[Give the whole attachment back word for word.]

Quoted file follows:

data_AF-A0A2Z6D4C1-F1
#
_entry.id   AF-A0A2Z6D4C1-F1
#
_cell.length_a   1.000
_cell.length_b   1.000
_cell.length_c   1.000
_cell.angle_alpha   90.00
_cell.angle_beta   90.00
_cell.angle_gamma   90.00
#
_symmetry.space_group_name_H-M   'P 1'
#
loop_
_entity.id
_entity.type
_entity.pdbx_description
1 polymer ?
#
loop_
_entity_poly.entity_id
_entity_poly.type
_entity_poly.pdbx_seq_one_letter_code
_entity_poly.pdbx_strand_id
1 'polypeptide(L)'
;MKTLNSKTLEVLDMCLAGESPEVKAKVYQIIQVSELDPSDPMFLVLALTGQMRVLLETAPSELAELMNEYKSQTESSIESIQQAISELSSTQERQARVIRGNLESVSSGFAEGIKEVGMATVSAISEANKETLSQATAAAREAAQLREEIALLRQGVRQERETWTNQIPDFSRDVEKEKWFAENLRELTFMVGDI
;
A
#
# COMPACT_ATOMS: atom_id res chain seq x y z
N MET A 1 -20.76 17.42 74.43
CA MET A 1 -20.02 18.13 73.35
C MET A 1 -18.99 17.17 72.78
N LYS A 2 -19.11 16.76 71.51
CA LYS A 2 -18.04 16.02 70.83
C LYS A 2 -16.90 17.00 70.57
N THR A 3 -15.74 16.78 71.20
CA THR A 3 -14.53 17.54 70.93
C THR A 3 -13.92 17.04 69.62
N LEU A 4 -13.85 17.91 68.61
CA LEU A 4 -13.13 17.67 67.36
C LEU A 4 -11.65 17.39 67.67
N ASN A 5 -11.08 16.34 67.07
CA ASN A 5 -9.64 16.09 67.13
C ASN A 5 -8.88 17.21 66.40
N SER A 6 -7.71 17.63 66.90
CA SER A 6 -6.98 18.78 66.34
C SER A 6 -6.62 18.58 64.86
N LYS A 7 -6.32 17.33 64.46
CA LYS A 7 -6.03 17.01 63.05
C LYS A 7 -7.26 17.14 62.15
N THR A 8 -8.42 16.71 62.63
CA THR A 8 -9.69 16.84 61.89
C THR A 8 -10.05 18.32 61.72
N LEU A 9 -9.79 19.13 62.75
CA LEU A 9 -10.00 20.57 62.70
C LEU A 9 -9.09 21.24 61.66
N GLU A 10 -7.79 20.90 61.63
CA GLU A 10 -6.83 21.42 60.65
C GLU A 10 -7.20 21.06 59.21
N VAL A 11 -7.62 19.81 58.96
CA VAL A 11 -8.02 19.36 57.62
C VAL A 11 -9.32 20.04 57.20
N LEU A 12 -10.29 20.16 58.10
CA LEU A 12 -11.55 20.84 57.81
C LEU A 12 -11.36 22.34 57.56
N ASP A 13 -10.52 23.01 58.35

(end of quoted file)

data_AF-A0A2Z6D4C1-F1
#
_entry.id   AF-A0A2Z6D4C1-F1
#
_cell.length_a   1.000
_cell.length_b   1.000
_cell.length_c   1.000
_cell.angle_alpha   90.00
_cell.angle_beta   90.00
_cell.angle_gamma   90.00
#
_symmetry.space_group_name_H-M   'P 1'
#
loop_
_entity.id
_entity.type
_entity.pdbx_description
1 polymer ?
#
loop_
_entity_poly.entity_id
_entity_poly.type
_entity_poly.pdbx_seq_one_letter_code
_entity_poly.pdbx_strand_id
1 'polypeptide(L)'
;MKTLNSKTLEVLDMCLAGESPEVKAKVYQIIQVSELDPSDPMFLVLALTGQMRVLLETAPSELAELMNEYKSQTESSIESIQQAISELSSTQERQARVIRGNLESVSSGFAEGIKEVGMATVSAISEANKETLSQATAAAREAAQLREEIALLRQGVRQERETWTNQIPDFSRDVEKEKWFAENLRELTFMVGDI
;
A
#
# COMPACT_ATOMS: atom_id res chain seq x y z
N MET A 1 -20.76 17.42 74.43
CA MET A 1 -20.02 18.13 73.35
C MET A 1 -18.99 17.17 72.78
N LYS A 2 -19.11 16.76 71.51
CA LYS A 2 -18.04 16.02 70.83
C LYS A 2 -16.90 17.00 70.57
N THR A 3 -15.74 16.78 71.20
CA THR A 3 -14.53 17.54 70.93
C THR A 3 -13.92 17.04 69.62
N LEU A 4 -13.85 17.91 68.61
CA LEU A 4 -13.13 17.67 67.36
C LEU A 4 -11.65 17.39 67.67
N ASN A 5 -11.08 16.34 67.07
CA ASN A 5 -9.64 16.09 67.13
C ASN A 5 -8.88 17.21 66.40
N SER A 6 -7.71 17.63 66.90
CA SER A 6 -6.98 18.78 66.34
C SER A 6 -6.62 18.58 64.86
N LYS A 7 -6.32 17.33 64.46
CA LYS A 7 -6.03 17.01 63.05
C LYS A 7 -7.26 17.14 62.15
N THR A 8 -8.42 16.71 62.63
CA THR A 8 -9.69 16.84 61.89
C THR A 8 -10.05 18.32 61.72
N LEU A 9 -9.79 19.13 62.75
CA LEU A 9 -10.00 20.57 62.70
C LEU A 9 -9.09 21.24 61.66
N GLU A 10 -7.79 20.90 61.63
CA GLU A 10 -6.83 21.42 60.65
C GLU A 10 -7.20 21.06 59.21
N VAL A 11 -7.62 19.81 58.96
CA VAL A 11 -8.02 19.36 57.62
C VAL A 11 -9.32 20.04 57.20
N LEU A 12 -10.29 20.16 58.10
CA LEU A 12 -11.55 20.84 57.81
C LEU A 12 -11.36 22.34 57.56
N ASP A 13 -10.52 23.01 58.35